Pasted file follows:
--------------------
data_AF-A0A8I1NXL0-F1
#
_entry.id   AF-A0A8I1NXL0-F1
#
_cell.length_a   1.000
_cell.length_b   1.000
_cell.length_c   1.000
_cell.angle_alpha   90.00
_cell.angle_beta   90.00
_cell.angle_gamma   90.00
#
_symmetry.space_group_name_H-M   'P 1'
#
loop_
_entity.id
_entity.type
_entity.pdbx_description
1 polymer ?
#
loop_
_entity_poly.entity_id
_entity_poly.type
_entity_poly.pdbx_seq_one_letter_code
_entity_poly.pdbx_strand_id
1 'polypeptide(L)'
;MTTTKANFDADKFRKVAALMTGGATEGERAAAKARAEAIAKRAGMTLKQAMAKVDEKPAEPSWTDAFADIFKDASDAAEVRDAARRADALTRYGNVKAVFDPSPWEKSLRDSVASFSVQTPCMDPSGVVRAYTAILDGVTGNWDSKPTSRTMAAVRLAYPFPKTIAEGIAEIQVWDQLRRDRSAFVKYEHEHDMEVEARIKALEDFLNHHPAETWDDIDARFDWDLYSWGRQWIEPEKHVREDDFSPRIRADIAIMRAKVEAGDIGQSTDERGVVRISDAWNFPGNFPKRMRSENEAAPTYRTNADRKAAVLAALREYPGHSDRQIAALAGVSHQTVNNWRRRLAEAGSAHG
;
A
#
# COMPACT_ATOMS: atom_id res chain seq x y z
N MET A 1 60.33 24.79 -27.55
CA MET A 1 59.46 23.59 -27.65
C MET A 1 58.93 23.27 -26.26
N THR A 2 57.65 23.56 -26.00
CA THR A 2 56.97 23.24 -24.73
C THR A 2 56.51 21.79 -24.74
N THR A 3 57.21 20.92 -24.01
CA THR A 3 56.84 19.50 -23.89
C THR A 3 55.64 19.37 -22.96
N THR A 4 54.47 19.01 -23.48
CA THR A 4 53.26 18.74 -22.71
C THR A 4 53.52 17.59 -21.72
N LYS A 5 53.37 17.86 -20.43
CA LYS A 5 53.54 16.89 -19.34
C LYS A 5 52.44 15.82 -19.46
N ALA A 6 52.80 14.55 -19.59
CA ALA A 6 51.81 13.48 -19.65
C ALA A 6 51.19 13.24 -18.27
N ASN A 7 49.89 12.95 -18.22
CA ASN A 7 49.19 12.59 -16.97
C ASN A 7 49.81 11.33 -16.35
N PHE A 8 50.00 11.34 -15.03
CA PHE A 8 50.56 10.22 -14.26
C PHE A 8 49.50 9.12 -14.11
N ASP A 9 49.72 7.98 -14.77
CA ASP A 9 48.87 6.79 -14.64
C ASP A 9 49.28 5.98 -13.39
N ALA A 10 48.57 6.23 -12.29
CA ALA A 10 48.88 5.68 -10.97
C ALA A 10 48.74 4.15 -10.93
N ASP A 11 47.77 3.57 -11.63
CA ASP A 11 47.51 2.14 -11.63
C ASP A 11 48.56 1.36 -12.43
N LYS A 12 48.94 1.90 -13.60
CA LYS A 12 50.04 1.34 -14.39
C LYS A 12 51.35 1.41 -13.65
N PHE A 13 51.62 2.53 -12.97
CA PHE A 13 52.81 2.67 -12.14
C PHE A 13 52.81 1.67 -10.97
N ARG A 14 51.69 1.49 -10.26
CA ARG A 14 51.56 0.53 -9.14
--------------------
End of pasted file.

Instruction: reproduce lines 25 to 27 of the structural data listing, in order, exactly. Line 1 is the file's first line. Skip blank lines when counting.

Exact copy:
1 'polypeptide(L)'
;MTTTKANFDADKFRKVAALMTGGATEGERAAAKARAEAIAKRAGMTLKQAMAKVDEKPAEPSWTDAFADIFKDASDAAEVRDAARRADALTRYGNVKAVFDPSPWEKSLRDSVASFSVQTPCMDPSGVVRAYTAILDGVTGNWDSKPTSRTMAAVRLAYPFPKTIAEGIAEIQVWDQLRRDRSAFVKYEHEHDMEVEARIKALEDFLNHHPAETWDDIDARFDWDLYSWGRQWIEPEKHVREDDFSPRIRADIAIMRAKVEAGDIGQSTDERGVVRISDAWNFPGNFPKRMRSENEAAPTYRTNADRKAAVLAALREYPGHSDRQIAALAGVSHQTVNNWRRRLAEAGSAHG
;